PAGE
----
Ashley McGeeney enjoys a challenge.

That’s why the Grain Valley High School junior-to-be plays tennis.

Ashley McGeeney enjoys a challenge.
That’s why the Grain Valley High School junior-to-be plays tennis.
She joined other members of the Eagles boys and girls tennis team at the high school Thursday afternoon for coach Randy Draper’s summer camp.
The unflappable youngster was easy to pick out of the crowd of more than 40 players.
Sure, she has a bright smile, an outlook sunnier than a July afternoon in the Mojave and the passion and drive of gritty court veteran.
McGeeney was also the only player on the court in a wheelchair.
“Ashley is my hero, my inspiration,” said Katelyn Barr, the first Grain Valley girls tennis player to qualify for state. “If I was going through what she is going through, I’d be home sitting on my couch filling my face with food.
“I wouldn’t even think of coming out and playing tennis. And you know what’s even more impressive than her playing tennis? I’ll be walking in the hallway during school, and I’ll see Ashley in her wheelchair.
“Then, all of a sudden, she’s way ahead of me and I’m thinking, ‘How did she do that?’ I mean, she’s the most amazing kid I’ve ever been around.”
Michael Draper, the No. 1 singles player for the Grain Valley boys team, agrees.
“I saw her at school, and kind of knew her, and then Ashley joined the tennis team,” said Draper, the son of the Eagles coach. “The first thing I thought was, ‘How can a girl in a wheelchair play tennis?’ Then we started watching her, watching how determined she was and how she was having so much fun.
“And she started inspiring everyone. Do you realize how hard it must be for her to just get from class to class? And here she is, after school, playing tennis. She’s amazing.”
Let’s talk about challenges.
“I’ve had 30 surgeries,” McGeeney said with nonchalance one might use ordering a sandwich at a fast-food joint.
“I had my first surgery the day I was born. My spine was outside of the skin on my back and my brain was real small and swollen. I had to have surgery to repair my spine and I had to have a shunt put in my brain to relieve the pressure.”
Her matter-of-fact story-telling style belies her years. The young lady with spina bifida knows that she was dealt a bad hand, and she’s turning it into a royal flush.
“Ashley was part of our Parks and Recreation tennis program last year when she was a sophomore,” Randy Draper said, wiping the sweat from his brow following a spirited camp session. “You could see, you could almost sense, that the tennis court was the perfect place for Ashley. It was free of obstacles and it gave her a sense of being, a sense of community, a feeling like she was part of a team.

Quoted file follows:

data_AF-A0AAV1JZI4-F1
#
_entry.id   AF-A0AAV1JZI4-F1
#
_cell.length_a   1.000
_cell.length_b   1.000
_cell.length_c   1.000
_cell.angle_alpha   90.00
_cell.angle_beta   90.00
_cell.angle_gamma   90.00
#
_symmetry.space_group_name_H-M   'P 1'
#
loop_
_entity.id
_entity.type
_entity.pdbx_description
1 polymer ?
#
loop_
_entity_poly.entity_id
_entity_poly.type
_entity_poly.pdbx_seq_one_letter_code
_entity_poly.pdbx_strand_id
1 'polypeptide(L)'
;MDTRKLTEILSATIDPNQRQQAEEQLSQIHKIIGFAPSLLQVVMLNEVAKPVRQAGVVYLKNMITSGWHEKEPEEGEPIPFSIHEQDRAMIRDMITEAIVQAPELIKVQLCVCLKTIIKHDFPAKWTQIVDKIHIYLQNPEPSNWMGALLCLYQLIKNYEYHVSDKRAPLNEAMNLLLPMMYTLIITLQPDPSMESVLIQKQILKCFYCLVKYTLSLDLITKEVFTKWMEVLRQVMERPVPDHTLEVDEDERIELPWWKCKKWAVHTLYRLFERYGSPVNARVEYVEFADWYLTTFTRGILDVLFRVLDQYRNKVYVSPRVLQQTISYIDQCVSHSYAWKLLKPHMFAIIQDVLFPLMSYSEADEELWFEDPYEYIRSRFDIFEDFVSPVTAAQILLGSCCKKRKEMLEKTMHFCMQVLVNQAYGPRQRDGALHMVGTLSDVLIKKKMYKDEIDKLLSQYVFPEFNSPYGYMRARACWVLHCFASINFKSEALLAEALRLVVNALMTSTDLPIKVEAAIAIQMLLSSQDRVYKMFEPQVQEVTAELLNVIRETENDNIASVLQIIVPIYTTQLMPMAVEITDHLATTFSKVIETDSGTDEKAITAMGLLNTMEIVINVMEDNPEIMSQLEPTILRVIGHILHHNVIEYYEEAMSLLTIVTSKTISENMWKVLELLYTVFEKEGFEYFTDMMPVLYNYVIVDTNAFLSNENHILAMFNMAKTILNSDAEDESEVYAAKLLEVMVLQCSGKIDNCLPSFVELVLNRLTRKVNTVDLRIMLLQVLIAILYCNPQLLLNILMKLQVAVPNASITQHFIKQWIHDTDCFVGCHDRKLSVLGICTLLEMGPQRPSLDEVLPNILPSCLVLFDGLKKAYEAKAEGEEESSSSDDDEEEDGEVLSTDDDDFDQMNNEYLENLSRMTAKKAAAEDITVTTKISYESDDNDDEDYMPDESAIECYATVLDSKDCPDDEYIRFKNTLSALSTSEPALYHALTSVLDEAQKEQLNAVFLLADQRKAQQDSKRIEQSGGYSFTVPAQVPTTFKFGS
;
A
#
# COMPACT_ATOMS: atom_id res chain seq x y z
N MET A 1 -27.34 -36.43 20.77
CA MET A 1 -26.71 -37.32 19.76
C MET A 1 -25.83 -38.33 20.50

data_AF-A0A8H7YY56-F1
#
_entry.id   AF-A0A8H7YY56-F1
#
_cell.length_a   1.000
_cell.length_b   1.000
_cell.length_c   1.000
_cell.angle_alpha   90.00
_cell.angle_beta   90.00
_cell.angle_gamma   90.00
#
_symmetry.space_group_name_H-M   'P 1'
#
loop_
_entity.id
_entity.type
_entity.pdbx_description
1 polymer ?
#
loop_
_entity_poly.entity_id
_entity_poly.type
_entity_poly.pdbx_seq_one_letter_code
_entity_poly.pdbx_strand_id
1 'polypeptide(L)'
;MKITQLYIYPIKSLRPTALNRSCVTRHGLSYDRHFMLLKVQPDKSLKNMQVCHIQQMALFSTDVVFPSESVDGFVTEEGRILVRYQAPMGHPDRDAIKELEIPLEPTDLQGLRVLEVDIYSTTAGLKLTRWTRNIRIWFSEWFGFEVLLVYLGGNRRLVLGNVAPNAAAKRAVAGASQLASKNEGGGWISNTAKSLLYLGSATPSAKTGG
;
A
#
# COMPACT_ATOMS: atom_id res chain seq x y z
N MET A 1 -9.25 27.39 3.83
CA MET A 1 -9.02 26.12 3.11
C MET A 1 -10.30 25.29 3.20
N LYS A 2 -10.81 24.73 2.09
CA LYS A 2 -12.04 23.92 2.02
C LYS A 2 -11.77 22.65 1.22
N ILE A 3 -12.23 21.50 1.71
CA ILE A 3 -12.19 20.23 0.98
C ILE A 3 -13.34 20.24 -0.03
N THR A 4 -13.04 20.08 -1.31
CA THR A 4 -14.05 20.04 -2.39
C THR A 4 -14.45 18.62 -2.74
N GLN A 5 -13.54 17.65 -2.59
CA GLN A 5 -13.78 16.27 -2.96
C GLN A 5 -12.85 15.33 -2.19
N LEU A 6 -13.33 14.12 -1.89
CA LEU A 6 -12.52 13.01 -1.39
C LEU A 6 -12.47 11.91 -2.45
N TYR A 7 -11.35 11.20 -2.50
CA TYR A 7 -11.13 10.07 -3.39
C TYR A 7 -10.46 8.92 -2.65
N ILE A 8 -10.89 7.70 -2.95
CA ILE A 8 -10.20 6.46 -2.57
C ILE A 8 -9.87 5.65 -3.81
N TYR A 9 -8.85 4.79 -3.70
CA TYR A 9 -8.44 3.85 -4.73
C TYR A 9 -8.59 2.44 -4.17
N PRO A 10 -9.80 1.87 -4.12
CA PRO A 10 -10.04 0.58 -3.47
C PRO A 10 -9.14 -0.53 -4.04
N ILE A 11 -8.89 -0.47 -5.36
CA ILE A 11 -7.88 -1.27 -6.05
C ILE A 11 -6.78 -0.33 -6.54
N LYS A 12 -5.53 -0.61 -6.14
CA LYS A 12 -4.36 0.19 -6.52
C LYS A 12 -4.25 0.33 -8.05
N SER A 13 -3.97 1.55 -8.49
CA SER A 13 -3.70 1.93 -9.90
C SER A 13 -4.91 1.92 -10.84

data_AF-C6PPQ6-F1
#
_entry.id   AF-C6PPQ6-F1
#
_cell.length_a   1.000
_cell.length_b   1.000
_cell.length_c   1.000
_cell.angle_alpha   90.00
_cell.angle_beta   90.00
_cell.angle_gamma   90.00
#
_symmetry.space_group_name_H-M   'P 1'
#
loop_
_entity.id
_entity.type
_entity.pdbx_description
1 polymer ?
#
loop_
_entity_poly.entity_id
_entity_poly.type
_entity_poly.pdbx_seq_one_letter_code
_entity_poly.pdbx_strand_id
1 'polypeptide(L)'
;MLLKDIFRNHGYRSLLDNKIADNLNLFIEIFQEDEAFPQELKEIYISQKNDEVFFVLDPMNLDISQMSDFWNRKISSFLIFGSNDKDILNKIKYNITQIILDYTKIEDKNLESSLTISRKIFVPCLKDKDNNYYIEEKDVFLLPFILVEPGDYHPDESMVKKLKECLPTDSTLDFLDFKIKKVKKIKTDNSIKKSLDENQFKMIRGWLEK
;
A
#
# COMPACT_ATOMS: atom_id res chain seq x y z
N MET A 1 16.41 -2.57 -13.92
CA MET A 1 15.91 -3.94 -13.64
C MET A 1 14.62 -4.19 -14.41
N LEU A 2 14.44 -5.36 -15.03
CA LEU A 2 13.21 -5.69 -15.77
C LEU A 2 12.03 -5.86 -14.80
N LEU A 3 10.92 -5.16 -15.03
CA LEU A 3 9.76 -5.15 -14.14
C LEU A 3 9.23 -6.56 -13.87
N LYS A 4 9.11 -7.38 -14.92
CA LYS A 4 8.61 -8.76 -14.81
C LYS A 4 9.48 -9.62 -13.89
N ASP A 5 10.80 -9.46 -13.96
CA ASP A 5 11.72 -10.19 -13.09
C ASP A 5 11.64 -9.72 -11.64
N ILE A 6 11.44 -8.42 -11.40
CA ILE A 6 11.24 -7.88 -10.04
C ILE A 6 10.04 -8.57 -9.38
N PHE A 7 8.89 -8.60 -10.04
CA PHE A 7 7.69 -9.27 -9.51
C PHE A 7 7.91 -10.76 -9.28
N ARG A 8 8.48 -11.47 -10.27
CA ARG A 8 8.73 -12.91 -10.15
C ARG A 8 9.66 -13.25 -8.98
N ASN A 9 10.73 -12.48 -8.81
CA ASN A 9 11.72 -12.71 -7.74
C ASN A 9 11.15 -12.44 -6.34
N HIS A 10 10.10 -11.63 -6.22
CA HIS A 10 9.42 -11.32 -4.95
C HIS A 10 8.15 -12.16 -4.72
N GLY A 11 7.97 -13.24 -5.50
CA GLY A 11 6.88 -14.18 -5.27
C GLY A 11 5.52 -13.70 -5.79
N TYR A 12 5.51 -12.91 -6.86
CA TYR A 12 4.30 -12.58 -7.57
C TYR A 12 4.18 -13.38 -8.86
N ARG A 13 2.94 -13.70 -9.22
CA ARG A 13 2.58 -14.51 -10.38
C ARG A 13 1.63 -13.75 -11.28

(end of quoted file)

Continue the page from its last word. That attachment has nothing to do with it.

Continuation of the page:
“So I told her, ‘You need to be on the team.’ ”
That comment caught her off guard.
“Do you want to know why I tried out for the team?” asked McGeeney, as her teammates made sure to tell her goodbye as they walked off the court. “I like a challenge.”
You mean, being confined to a wheelchair isn’t enough of a challenge?
“That’s life,” she said, grinning. “I’m talking about a challenge. Do you know what it’s like to take your racquet out on the court and practice or play against an able-bodied player?
“That’s a challenge.”
And it’s one she has greeted with great gusto and determination.
“People tell me I can’t do something, and I like to prove them wrong,” she said. “I’ve played T-ball and basketball and I used to run track. I still play basketball in a special spina bifida league, but when I play tennis, I’m going against a girl who can use her legs – and I want her to use her legs and arms and everything she else she has.
“I want her to compete against me like she would compete against an able-bodied player. Like I said, I like a challenge.”
Randy Draper will never forget the first time she took the court for a junior varsity match.
“She looked me in the eye and said, ‘Coach, I’m ready!’ Do you know how much courage that took?” asked Draper, his voice cracking with emotion and his eyes misting over. “Oh, my goodness, she was so competitive. We were all so proud of her. When she went out on the court, everything just stopped.
“And you know what? She almost won a game. And soon, we’re going to be saying she almost won a match. And I tell you what, we’re going to be saying she did win a game and she did win a match. She’s going to do it.”
Draper, who has built conference championship boys and girls tennis teams at Grain Valley, sought out help to give McGeeney every opportunity to succeed.
“I talked to a friend who told me about a coach who works with wheelchair-bound tennis players, and I met up with him and he gave some great advice and some great teaching tools,” Draper said.
“We’re looking into getting her one of those athletic wheelchairs, that are easier to move around in. Listen, that kid means so much to me and our program, and she even means a lot to our opponents.
“She has been a gift, a very special gift that we will always treasure.”
When the girls’ camp session is over, Draper gathers his players together and informs them that the next session will meet on the court at 8 a.m.
The only one sporting a grin is – you guessed it – McGeeney.
“I’d be here at 5 a.m.,” she said as she exited the court.
There’s nothing challenging about getting up early to do something you love.
“I never thought I would love anything as much as I love tennis,” she said. “It keeps me active, it gives me something to look forward to and I will always love a challenge.”